Black Monday: NFL's Dolphins, Vikings, Bears dismiss head coaches

After failing to make the 14-team playoff tournament that will culminate with the Feb. 13 Super Bowl, the Miami Dolphins, Minnesota Vikings and Chicago Bears all showed their head coaches the door on Monday in hopes a change will turn things around.

Broncos turfed bench boss Vic Fangio on Sunday after 3 consecutive losing seasons

On Monday, the Vikings fired head coach Mike Zimmer, left, and GM Rick Spielman, right, after missing the playoffs three times in the past four years. (David Berding/Getty Images)

For struggling NFL teams, the end of the regular season triggers an annual exercise in bloodletting known around the league as Black Monday and this year has proved no exception as a number of head coaches were fired.

After failing to make the 14-team playoff tournament that will culminate with the Feb. 13 Super Bowl, the Miami Dolphins, Minnesota Vikings and Chicago Bears all showed their coaches the door on Monday in hopes a change will turn things around.

Miami's decision to part ways with Brian Flores was the most surprising firing of the day given the Dolphins won eight of their final nine games after starting the season 1-7.

Flores, who took over a struggling Miami team in 2019, went 24-25 during his three seasons in charge but failed to lead it to the playoffs, a drought that dates back to the 2016 season.

"After evaluating where we are as an organization and what we need going forward to improve, I determined that key dynamics of our football organization weren't functioning at a level I want it to be," Dolphins owner Stephen Ross said in a statement.

"I believe we have a talented young roster in place and have the opportunity to be much better in 2022."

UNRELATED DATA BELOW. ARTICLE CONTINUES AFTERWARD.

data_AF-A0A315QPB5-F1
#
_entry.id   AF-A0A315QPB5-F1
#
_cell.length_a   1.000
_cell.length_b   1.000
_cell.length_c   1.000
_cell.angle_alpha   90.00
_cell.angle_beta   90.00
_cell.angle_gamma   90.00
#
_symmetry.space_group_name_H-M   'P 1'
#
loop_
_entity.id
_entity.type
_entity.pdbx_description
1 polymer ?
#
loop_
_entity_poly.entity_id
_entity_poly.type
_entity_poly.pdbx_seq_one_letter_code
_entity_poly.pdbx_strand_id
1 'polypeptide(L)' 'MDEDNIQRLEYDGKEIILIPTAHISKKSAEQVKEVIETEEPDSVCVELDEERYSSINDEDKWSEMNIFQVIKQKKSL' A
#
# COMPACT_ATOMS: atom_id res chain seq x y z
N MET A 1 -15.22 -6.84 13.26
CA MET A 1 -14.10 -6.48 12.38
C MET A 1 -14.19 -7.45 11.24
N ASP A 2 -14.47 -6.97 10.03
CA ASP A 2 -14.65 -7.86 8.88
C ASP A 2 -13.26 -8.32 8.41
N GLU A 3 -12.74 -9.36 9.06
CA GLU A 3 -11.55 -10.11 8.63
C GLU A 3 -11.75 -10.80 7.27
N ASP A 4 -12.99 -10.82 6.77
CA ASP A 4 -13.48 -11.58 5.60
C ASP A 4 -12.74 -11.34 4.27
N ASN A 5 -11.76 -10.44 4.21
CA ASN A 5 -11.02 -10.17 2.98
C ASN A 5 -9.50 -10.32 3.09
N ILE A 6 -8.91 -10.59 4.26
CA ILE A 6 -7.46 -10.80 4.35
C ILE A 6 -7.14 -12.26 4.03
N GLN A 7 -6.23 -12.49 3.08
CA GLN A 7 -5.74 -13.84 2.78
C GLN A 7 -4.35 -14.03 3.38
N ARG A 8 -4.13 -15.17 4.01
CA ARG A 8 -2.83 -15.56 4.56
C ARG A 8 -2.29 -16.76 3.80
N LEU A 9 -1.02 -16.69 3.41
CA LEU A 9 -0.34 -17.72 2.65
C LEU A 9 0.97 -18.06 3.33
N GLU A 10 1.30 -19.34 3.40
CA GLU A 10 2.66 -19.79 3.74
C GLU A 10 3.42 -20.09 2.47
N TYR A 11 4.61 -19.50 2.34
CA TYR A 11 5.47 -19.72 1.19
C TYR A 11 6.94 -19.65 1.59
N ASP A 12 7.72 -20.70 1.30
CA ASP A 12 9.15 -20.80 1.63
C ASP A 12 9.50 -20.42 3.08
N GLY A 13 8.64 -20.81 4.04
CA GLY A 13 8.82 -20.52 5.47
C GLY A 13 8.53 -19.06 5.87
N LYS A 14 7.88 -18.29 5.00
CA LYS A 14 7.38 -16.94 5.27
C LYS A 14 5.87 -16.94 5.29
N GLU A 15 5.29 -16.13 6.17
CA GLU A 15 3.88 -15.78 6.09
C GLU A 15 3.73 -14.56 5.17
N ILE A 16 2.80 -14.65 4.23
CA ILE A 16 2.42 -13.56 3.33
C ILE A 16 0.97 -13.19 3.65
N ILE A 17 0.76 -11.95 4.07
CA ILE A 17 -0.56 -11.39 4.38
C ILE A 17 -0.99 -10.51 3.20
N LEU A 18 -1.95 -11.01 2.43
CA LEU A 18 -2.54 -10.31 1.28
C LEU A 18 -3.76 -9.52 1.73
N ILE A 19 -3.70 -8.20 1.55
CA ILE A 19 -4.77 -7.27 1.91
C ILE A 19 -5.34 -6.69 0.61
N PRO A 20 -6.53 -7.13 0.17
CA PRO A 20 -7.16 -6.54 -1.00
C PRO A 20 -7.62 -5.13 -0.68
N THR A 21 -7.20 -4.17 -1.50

Minnesota, which was one win away from a Super Bowl berth four seasons ago, has since missed the post-season in three of the past four years and that was enough to cost head coach Mike Zimmer and general manager Rick Spielman their jobs.

Zimmer, who was hired in 2014, had a regular-season record of 72-56-1 in eight seasons in charge of the Vikings but in the last two campaigns was unable to win crucial games due to poor defensive showings and an inconsistent offence.

"While these decisions are not easy, we believe it is time for new leadership to elevate our team so we can consistently contend for championships," Vikings owners Mark and Zygi Wilf said in a statement.

"We are determined to have sustained success and bring Vikings fans the Super Bowl championships they expect and deserve."

Zimmer was 7-8-1 against the Packers, which isn't bad considering how Green Bay has performed in recent years. It was simply not close to good enough in that division.

The Bears' decision to fire Matt Nagy, who was named the NFL's coach of the year for the 2018 season, along with GM Ryan Pace came after the storied franchise finished the season 6-11.

Nagy took over the head coaching job in 2018 and his first year was promising as he lead the team to the NFC North division title with a 12-4 record but he ultimately failed to build off that success.

The Denver Broncos got the ball rolling on Sunday as they parted ways with head coach Vic Fangio after he oversaw three consecutive losing seasons during which they went a combined 19-30 and failed to make the playoffs.

New York Giants (4-13) general manager Dave Gettleman retired Monday, though he likely would have been fired otherwise.

Gettleman, 70, saw the Giants go 19-46 during his tenure and were rarely in playoff contention in that period. New York's offense was virtually invisible in 2021 even though the team spent in free agency for No. 1 receiver Kenny Golladay and tight end Kyle Rudolph, then spent a first-round draft choice on wideout Kadarius Toney.

"It was a privilege to serve as the general manager of the New York Giants the last four years and to have spent so many years of my career with this franchise," Gettleman said. "We obviously have not had the on-the-field success I expected, and that is disappointing."

Other coaches with tenuous job situations are the Giants' Joe Judge, Houston's David Culley and Carolina's Matt Rhule, while the Las Vegas and Jacksonville positions became open during the season. The Raiders' Jon Gruden resigned in the midst of release of embarrassing emails, and Urban Meyer was fired by the Jaguars following a series of missteps on and off the field.

With files from The Associated Press

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